4 Ways to Identify the Career Path That Will Make You Happy

Work is a vital component in each of our lives.

We need to work to make money to pay our bills, buy food, get medical coverage and other benefits, and to contribute to our societies.

At some point, the base purpose of our jobs is simply to provide for our needs.

However, considering the percentage of our daily hours that are spent at work, and consequently the percentage of our lives we spend working, just meeting that base purpose isn’t enough.

The average person spends 1/3 of their life at work.

That’s 1/3 of all the time you have.

If possible, that time should be spent doing work that you love.

It is important to take care of those base needs, and sometimes the situation doesn’t allow for mobility to make the positive change toward a career you’d love, but you also don’t know if you don’t try.

You’d be surprised at the opportunities that are available if you know where to look and what to look for.

Before you go and quit your job, strategize first and process through what it is you want to spend that time doing for work.

You can’t find that perfect fit if you don’t know what to try on.

There are so many job categories, job positions, and options to do meaningful work that it can be overwhelming.

To narrow it down and start your search for a career path that will make you happy, identify your answers to these questions:

What are the important aspects that you require from a job?

Just like house hunting or apartment searching, there are certain amenities that you don’t want to live without.

You might only want a place that has a dishwasher, or an in-unit washer and dryer, or reserved parking.

They are small things, things you absolutely could live without but you would prefer not to sacrifice these because of the contribution they have to your life as a whole.

Looking for a job is no different than looking for a place to live.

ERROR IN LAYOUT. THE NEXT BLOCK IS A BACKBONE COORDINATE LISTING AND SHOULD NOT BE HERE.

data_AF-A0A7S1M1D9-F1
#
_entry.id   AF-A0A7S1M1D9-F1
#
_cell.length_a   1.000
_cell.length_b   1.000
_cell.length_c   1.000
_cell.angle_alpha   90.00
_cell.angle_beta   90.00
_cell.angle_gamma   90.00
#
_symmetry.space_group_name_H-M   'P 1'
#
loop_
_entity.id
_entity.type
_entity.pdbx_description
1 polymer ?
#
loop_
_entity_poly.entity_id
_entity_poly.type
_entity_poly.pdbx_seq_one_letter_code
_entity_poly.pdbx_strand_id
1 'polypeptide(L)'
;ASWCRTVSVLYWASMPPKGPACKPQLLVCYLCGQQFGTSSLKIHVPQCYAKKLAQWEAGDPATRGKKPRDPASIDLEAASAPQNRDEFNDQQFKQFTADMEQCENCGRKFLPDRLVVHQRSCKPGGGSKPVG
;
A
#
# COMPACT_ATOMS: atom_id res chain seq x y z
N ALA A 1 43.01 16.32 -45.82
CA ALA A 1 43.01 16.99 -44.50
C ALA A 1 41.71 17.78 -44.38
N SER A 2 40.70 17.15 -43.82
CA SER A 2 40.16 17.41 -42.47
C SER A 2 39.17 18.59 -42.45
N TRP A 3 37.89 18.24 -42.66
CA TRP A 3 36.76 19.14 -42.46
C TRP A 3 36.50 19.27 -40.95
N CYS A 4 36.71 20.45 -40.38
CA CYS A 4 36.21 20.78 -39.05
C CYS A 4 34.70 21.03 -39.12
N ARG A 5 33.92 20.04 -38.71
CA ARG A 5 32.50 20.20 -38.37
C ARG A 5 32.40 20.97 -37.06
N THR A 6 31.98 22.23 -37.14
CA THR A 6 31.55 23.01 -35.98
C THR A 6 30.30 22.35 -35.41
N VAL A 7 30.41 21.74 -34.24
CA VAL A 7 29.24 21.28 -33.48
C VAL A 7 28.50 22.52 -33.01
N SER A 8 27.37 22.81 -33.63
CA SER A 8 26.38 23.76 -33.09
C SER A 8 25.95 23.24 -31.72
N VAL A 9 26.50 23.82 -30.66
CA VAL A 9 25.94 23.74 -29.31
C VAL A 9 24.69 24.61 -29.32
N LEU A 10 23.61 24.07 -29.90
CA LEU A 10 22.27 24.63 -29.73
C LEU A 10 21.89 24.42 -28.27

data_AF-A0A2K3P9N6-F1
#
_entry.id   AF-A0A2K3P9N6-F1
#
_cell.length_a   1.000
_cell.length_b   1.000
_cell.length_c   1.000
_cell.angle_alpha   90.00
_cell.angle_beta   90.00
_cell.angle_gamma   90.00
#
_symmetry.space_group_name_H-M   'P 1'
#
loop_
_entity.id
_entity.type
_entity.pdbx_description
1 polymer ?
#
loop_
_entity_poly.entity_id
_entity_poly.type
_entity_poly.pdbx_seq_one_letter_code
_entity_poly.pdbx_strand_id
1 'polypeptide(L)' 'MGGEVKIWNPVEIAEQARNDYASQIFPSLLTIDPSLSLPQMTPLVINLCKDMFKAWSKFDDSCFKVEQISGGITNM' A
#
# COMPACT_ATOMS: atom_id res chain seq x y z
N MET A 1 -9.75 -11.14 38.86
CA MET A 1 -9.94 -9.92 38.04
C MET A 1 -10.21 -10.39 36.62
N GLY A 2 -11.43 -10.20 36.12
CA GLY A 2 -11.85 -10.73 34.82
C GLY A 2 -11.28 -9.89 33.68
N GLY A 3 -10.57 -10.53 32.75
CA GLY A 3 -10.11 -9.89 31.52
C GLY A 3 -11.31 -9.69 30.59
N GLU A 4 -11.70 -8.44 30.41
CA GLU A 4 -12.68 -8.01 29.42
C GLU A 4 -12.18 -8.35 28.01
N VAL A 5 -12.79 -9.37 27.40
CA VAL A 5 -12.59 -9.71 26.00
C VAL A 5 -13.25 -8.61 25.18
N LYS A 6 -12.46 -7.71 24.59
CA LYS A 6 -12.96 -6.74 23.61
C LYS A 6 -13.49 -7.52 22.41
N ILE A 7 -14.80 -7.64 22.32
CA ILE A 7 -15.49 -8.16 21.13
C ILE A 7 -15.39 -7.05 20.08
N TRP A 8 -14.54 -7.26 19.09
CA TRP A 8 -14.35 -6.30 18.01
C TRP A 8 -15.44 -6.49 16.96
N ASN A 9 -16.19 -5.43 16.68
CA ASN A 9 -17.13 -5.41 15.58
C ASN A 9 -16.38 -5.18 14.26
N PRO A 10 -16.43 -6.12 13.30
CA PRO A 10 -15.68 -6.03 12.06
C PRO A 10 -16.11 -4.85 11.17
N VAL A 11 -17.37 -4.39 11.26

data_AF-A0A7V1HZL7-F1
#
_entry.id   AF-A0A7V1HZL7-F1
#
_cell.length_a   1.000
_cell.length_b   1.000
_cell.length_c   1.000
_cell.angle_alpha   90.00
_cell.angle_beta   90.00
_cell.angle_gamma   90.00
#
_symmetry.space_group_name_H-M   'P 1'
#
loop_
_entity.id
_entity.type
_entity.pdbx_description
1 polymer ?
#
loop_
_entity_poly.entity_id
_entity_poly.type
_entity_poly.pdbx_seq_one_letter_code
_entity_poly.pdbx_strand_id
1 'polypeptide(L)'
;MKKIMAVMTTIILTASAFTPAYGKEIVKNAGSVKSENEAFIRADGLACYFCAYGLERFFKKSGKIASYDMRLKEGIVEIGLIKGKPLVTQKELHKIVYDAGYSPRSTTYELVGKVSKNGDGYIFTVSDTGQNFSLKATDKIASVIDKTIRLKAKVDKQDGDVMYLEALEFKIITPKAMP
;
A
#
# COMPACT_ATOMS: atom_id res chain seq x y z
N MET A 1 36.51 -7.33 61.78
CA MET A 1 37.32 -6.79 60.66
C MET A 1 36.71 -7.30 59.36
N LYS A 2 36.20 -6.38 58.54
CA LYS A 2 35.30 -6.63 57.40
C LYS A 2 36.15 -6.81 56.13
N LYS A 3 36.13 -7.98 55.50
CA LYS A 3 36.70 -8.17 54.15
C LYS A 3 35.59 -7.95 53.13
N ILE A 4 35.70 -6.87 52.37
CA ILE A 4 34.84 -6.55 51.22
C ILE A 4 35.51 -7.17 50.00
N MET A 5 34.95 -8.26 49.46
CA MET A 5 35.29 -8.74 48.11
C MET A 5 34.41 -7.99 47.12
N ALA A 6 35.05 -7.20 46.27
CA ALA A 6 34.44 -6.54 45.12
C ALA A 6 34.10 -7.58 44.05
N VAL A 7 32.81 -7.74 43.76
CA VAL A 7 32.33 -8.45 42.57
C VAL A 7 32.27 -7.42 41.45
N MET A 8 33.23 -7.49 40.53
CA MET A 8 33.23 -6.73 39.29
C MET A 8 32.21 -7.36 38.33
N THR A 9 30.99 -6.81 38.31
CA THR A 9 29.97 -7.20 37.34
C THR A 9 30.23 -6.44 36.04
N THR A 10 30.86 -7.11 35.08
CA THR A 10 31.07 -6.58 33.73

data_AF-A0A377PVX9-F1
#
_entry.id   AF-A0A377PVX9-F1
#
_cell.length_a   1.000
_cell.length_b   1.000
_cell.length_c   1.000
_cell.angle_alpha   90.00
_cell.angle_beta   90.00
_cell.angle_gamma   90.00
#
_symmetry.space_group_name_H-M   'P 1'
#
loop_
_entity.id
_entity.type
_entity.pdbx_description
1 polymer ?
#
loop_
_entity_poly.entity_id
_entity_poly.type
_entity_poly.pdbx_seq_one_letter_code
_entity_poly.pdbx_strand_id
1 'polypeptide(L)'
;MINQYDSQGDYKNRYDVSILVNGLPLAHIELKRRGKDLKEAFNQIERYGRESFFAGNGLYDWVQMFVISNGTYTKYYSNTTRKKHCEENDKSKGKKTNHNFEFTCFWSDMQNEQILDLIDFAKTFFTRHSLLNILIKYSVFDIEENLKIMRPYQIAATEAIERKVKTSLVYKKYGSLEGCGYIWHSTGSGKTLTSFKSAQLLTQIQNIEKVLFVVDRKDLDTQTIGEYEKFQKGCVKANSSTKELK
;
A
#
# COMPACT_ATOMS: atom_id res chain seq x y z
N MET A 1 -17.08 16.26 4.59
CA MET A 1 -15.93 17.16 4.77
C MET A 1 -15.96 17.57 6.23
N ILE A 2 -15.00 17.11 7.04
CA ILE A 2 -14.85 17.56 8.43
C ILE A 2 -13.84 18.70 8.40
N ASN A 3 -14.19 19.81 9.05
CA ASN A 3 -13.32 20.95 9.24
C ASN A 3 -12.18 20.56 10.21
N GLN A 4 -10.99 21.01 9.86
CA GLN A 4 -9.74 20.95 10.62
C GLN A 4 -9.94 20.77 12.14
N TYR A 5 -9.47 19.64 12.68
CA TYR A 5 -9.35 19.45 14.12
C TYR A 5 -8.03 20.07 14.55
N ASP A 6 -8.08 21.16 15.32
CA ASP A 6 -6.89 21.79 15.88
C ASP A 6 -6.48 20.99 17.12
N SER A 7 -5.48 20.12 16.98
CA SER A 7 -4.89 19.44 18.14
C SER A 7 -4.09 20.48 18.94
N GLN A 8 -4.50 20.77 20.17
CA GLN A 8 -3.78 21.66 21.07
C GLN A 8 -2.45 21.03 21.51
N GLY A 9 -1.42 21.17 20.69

There are amenities at our places of work that we don’t want to live without.

What are these “deal-breakers” for your search?

  • You have to make a certain hourly wage or salary: what do you need to earn to cover those basic needs and all your bills?

 

  • How far are you willing to commute? Just like with real estate: location, location, location.

 

  • What is your ideal shift? What hours are you willing to work, or prefer to work? The night shift? Mornings? Afternoons? What window will contribute most your life?

What is your ideal environment?

Identifying your ideal work environment will narrow your search down drastically.

The environment we work in plays a huge factor toward our happiness.

If we aren’t in a suitable environment to spend 1/3 of our lives in, then of course we’re going to be unhappy.

    • Do you like working with people?
    • Do you excel by working alone?
    • Are you the most productive in high-pressure situations with strict deadlines?
    • Do you need something relaxed and easy going?
    • Do you like working with the public?
    • Do you hate working with anyone at all?

 

What skills do you have?

Based on your education, work experience, hobbies, and natural aptitude we all have profitable skills that we can contribute toward a career.

What are you good at?

What can you leverage for your career?

You might be surprised at the skills you have.

Some of them might never have occurred to you as being a skill.

Typing skills?